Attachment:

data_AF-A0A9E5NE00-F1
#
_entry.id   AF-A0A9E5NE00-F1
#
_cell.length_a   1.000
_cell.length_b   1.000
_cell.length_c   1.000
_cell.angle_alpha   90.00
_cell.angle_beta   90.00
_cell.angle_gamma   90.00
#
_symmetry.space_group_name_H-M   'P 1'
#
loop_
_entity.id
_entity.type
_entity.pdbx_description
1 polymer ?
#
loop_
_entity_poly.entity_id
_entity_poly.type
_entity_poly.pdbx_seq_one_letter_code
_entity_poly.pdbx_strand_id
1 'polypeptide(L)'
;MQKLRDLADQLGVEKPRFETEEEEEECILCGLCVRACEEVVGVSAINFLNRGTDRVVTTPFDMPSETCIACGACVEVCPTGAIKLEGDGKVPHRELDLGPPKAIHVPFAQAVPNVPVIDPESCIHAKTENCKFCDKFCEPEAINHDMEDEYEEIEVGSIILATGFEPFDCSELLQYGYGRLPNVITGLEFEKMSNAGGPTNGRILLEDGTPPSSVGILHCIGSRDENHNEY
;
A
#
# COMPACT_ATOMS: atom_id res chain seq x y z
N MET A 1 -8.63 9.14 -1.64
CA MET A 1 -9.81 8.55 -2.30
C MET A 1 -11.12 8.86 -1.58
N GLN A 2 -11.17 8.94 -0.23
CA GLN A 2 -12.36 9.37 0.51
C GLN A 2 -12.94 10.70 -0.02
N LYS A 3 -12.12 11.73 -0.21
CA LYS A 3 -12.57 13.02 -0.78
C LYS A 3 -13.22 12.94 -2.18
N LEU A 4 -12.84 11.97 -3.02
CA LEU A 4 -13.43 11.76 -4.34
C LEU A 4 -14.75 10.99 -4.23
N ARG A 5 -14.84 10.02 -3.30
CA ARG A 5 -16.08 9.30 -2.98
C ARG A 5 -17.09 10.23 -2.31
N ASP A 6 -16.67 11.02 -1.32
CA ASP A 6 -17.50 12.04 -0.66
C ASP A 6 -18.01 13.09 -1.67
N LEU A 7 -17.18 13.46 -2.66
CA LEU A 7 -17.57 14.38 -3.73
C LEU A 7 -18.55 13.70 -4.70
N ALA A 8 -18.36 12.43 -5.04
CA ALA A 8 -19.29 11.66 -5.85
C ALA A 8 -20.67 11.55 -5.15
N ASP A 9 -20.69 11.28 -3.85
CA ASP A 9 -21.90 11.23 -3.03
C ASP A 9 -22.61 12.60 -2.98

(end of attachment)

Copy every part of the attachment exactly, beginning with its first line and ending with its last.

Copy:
data_AF-A0A9E5NE00-F1
#
_entry.id   AF-A0A9E5NE00-F1
#
_cell.length_a   1.000
_cell.length_b   1.000
_cell.length_c   1.000
_cell.angle_alpha   90.00
_cell.angle_beta   90.00
_cell.angle_gamma   90.00
#
_symmetry.space_group_name_H-M   'P 1'
#
loop_
_entity.id
_entity.type
_entity.pdbx_description
1 polymer ?
#
loop_
_entity_poly.entity_id
_entity_poly.type
_entity_poly.pdbx_seq_one_letter_code
_entity_poly.pdbx_strand_id
1 'polypeptide(L)'
;MQKLRDLADQLGVEKPRFETEEEEEECILCGLCVRACEEVVGVSAINFLNRGTDRVVTTPFDMPSETCIACGACVEVCPTGAIKLEGDGKVPHRELDLGPPKAIHVPFAQAVPNVPVIDPESCIHAKTENCKFCDKFCEPEAINHDMEDEYEEIEVGSIILATGFEPFDCSELLQYGYGRLPNVITGLEFEKMSNAGGPTNGRILLEDGTPPSSVGILHCIGSRDENHNEY
;
A
#
# COMPACT_ATOMS: atom_id res chain seq x y z
N MET A 1 -8.63 9.14 -1.64
CA MET A 1 -9.81 8.55 -2.30
C MET A 1 -11.12 8.86 -1.58
N GLN A 2 -11.17 8.94 -0.23
CA GLN A 2 -12.36 9.37 0.51
C GLN A 2 -12.94 10.70 -0.02
N LYS A 3 -12.12 11.73 -0.21
CA LYS A 3 -12.57 13.02 -0.78
C LYS A 3 -13.22 12.94 -2.18
N LEU A 4 -12.84 11.97 -3.02
CA LEU A 4 -13.43 11.76 -4.34
C LEU A 4 -14.75 10.99 -4.23
N ARG A 5 -14.84 10.02 -3.30
CA ARG A 5 -16.08 9.30 -2.98
C ARG A 5 -17.09 10.23 -2.31
N ASP A 6 -16.67 11.02 -1.32
CA ASP A 6 -17.50 12.04 -0.66
C ASP A 6 -18.01 13.09 -1.67
N LEU A 7 -17.18 13.46 -2.66
CA LEU A 7 -17.57 14.38 -3.73
C LEU A 7 -18.55 13.70 -4.70
N ALA A 8 -18.36 12.43 -5.04
CA ALA A 8 -19.29 11.66 -5.85
C ALA A 8 -20.67 11.55 -5.15
N ASP A 9 -20.69 11.28 -3.85
CA ASP A 9 -21.90 11.23 -3.03
C ASP A 9 -22.61 12.60 -2.98